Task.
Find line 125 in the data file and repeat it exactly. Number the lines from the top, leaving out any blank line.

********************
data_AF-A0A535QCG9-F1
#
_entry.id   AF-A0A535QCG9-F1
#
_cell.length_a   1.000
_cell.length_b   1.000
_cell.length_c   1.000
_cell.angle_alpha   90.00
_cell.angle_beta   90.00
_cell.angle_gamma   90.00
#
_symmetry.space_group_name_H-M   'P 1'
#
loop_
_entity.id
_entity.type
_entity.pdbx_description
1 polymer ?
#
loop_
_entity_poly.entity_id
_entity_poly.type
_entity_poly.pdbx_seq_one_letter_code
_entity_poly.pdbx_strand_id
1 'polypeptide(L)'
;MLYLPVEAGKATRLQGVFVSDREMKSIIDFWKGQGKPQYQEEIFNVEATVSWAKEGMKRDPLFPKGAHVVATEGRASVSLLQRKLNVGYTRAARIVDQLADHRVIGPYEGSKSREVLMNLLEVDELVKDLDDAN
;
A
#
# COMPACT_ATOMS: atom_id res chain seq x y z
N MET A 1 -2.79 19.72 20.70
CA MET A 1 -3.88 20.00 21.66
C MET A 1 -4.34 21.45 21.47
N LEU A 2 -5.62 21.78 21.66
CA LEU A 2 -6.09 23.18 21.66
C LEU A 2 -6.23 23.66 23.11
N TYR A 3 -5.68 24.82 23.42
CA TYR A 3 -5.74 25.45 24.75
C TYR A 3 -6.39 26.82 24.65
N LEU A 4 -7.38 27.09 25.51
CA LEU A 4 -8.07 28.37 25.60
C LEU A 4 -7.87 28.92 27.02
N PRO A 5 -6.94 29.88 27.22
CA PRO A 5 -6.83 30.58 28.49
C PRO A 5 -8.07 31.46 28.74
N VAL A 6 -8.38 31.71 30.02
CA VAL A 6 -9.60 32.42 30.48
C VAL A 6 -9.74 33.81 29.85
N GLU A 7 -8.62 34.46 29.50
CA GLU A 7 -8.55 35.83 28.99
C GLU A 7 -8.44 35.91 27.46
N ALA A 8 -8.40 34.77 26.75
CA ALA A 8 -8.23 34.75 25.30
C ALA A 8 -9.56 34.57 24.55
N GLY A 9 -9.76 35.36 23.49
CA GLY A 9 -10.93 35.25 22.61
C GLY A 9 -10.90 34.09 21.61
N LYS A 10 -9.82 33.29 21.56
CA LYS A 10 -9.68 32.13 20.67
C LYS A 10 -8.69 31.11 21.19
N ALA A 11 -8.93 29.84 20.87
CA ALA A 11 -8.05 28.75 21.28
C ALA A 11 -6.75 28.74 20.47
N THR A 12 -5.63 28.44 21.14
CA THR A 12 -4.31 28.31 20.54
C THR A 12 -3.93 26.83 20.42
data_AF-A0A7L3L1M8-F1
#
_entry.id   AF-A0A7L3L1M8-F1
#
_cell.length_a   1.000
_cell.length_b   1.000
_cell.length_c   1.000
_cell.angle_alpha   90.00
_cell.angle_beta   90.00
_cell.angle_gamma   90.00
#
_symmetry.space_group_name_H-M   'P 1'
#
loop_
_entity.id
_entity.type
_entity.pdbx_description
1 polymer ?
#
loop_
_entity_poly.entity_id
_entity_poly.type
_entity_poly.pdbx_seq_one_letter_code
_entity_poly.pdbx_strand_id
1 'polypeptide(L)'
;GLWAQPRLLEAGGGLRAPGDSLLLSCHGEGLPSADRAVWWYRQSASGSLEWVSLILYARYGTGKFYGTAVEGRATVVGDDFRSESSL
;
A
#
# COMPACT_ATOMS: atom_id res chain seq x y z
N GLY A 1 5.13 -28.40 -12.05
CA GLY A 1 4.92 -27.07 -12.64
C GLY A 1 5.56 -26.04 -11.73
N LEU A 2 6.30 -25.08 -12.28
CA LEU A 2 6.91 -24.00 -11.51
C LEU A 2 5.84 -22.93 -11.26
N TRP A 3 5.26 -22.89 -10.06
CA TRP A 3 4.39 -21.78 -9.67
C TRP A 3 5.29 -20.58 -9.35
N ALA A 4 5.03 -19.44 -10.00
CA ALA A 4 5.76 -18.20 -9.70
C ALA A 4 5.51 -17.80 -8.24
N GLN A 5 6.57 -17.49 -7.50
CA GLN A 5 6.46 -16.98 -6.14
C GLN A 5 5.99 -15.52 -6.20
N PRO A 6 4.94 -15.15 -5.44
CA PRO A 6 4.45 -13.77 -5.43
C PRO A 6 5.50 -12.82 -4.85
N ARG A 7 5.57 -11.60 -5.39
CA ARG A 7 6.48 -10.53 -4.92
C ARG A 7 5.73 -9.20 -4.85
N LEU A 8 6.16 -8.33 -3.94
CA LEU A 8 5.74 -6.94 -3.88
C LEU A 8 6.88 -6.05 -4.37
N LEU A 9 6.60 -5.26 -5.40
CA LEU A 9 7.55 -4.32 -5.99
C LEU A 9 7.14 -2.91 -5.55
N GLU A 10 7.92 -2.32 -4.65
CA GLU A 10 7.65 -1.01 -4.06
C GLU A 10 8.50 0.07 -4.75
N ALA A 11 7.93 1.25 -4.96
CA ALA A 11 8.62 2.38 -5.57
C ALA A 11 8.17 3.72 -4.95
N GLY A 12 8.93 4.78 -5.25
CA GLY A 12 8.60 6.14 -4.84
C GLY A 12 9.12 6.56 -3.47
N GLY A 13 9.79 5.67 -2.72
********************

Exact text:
CA GLU A 10 7.65 -1.01 -4.06